It is not all about billable hours

When I came back to the accounting industry three years ago, I was surprised to find that middle management had little experience or training in managing people. Everyone focused on crunching numbers and getting their own work done, and leading others was not always seen as a big part of the job. It was a whole different ballgame than what I had experienced working in a bank the decades before.

My late mentor at the bank, Dieter Oesch, had shown me day-in and day-out how to lead people and solve people problems within an organization. Looking back, I am very grateful to him for the lessons I learned, and I put them to use every day.

With a lot of trial and error, (and a regular dose of additional management and leadership training for myself), I have come up with some best practices that I’d like to share with my colleagues in the accounting industry. I believe these best practices can help create a more constructive and productive work environment and decrease employee turnover in our industry.

#1-See managing people as part of your job

My first point sounds so plain and simple, but in a world of billable hours, it’s very easy to lose focus of the fact that managing people is part of the job. I am 100% convinced that humans need to be led and managed. Even if a soccer team has great players, it won’t function without a coach.

That’s why I argue that my employees must see the time they spend managing as equally valuable to billable time. It’s a part of the job, and the higher you are in the hierarchy, the more time you need to spend managing. If you don’t do that, your team will fail, or it will not be as good as it could be.

I want to be clear about one point here. Managing people doesn’t mean giving orders and constantly saying, “Do this, do that.” You cannot manage everybody at that level.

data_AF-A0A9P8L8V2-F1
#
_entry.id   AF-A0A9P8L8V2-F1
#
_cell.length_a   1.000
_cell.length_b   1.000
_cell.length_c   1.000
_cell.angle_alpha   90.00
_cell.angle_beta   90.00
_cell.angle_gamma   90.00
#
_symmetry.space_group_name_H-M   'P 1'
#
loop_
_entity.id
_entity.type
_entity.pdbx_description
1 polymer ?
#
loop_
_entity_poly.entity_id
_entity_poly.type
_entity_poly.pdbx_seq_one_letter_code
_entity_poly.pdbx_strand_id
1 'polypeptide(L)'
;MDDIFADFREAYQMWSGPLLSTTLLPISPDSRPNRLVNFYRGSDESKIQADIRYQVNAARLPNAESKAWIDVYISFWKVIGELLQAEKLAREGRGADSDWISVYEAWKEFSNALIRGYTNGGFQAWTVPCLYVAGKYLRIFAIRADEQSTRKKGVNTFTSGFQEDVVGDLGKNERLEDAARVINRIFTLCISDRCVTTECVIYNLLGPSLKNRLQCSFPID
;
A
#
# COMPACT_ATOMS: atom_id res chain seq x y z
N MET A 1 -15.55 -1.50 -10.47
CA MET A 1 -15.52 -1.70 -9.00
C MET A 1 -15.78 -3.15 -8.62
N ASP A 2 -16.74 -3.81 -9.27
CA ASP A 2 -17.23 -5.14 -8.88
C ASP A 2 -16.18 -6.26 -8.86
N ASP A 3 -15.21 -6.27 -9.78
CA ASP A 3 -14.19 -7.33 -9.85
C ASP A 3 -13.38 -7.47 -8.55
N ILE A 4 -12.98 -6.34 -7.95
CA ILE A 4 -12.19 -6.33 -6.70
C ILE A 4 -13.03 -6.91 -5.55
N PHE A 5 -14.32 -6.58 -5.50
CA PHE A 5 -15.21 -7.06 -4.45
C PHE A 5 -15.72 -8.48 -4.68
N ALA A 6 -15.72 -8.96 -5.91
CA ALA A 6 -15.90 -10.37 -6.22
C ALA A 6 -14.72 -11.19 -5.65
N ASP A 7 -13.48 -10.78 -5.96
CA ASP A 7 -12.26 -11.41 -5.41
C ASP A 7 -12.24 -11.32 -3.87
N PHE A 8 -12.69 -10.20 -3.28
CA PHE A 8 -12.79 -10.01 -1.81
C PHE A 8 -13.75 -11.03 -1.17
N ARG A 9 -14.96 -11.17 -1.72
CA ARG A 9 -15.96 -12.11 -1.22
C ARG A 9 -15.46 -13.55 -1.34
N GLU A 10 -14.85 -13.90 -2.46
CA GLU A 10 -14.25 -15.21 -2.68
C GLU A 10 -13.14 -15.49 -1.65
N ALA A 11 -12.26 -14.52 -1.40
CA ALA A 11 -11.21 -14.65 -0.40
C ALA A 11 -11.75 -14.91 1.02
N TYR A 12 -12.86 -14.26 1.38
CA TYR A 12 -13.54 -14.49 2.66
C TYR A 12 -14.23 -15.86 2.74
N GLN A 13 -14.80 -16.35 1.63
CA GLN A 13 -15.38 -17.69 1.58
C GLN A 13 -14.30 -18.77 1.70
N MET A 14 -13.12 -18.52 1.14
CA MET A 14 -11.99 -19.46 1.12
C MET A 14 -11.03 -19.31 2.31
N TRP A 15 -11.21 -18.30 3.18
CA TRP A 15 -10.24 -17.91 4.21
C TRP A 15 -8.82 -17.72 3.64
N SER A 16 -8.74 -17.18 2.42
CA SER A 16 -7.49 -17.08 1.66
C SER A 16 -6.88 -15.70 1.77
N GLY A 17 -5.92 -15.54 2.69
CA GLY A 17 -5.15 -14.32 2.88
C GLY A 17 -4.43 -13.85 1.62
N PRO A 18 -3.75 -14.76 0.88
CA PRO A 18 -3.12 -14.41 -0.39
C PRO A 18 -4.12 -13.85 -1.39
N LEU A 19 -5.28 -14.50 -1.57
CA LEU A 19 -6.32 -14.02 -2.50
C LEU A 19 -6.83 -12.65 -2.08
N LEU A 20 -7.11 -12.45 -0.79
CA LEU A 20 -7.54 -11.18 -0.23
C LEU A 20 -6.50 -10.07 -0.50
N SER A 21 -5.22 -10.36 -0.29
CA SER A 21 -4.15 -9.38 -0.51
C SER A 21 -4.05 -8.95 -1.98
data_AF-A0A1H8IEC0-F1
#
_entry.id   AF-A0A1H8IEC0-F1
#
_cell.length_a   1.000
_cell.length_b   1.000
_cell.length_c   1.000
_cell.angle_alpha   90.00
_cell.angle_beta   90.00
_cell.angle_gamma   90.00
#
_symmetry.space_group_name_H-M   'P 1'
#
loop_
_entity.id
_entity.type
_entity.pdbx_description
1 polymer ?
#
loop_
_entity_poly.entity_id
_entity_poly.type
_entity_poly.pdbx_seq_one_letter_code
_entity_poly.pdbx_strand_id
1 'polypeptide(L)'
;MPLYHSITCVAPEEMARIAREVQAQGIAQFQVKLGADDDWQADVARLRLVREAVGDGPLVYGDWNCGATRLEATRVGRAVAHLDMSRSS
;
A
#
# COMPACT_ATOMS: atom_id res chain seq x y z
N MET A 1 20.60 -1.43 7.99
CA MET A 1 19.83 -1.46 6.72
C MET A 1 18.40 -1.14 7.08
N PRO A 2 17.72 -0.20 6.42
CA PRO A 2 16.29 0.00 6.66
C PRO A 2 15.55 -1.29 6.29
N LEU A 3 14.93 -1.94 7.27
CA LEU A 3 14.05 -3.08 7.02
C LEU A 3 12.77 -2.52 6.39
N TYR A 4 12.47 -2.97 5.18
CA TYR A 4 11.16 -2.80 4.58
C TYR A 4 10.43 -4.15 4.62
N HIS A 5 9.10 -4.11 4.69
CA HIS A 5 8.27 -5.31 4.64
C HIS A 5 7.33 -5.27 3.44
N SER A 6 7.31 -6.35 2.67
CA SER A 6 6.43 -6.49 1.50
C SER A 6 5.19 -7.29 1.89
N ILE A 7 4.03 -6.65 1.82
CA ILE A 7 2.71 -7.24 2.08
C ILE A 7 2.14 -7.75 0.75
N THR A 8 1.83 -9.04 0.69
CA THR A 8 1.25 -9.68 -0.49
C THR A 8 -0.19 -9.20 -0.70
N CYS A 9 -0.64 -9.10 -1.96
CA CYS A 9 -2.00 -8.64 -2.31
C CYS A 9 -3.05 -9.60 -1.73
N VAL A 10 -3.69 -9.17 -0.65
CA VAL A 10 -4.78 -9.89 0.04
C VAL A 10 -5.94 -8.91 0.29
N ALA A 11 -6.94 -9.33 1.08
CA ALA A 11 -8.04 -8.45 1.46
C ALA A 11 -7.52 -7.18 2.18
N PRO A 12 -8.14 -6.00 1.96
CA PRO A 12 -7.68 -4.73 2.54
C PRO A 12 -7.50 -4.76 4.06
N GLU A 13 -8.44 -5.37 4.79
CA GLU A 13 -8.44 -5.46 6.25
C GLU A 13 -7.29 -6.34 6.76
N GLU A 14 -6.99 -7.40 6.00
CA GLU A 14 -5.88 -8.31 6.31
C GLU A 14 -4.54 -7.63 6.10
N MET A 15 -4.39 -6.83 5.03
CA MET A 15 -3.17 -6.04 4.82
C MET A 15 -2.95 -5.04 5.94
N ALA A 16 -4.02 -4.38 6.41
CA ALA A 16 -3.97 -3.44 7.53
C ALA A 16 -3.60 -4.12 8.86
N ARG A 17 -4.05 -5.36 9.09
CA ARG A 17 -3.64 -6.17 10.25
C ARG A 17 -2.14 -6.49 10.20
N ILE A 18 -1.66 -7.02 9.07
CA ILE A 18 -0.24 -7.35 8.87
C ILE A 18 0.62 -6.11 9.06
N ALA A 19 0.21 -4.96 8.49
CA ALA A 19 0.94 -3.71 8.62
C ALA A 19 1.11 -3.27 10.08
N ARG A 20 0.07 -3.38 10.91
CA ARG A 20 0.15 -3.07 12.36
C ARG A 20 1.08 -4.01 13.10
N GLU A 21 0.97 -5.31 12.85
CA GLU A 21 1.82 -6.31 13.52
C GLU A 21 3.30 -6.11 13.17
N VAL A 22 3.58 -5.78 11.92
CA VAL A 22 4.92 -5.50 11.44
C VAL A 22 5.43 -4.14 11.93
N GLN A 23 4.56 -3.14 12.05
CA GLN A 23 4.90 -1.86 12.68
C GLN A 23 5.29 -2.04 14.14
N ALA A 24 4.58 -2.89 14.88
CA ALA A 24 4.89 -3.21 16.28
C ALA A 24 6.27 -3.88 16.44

#2 - Give each new manager the tools he or she needs to do the job

Most of the people in our industry are young people. The average age in my department is about 32. These young people end up quickly taking on managerial roles, and, of course, we encourage them to take the managing part seriously. But if these young people haven’t been trained in management, they may not really know how to lead. Therefore, my second best practice is to give each new manager the tools he or she needs to do the job.

I send each new manager to a management coach during the first year on the job to learn the science of management – e.g. what does it really take to manage people? At the same time, I ask my managers to see a career and management coach who is there to listen to what the new manager experiences on a day-to-day basis. This happens for about six months, and I believe the training really helps. Most of the managers end the period with visibly better self-esteem, and they really have the tools they need to lead.

#3-Create a culture that tolerates mistakes

In our industry, we’re always looking for mistakes. We’re auditors, and we’re error-driven. With our focus on errors, they are not seen as something positive, for instance in the way the start-up scene addresses failure.

My third point is that I experience people as scared to make mistakes, and this is not the way it should be. They’re scared to report mistakes, and because they are auditors, they don’t allow themselves to make any mistakes.

I believe that failure is not the end of something – it’s the beginning. If you make a mistake, you have to learn from it. I say, “Look guys, I have made a lot of mistakes in my life, and I’m still here. It’s no big deal.”

What I do is try to give the tone from the top. Take the example of budget overruns. These are mistakes I don’t like. Not at all. Instead of placing blame, I ask questions because I want to understand why it happened to make sure it doesn’t happen again.

Another thing I do is have a separate meeting with the assistants after our staff meetings. These meetings are very important – the assistants tell me what’s really going on. And they feel more valued because I have listened to them.

It’s here again that I have to thank Dieter Oesch, my mentor and former manager at UBS. His way was so magical because he put people first. His door was always open.

I hope that I have lived up to what he would have wanted for me.

And I hope I can continue to do so in the future. I think I will succeed because I have created a golden rule for myself that may be interesting for you, too: “Listening to people is more important than answering email.”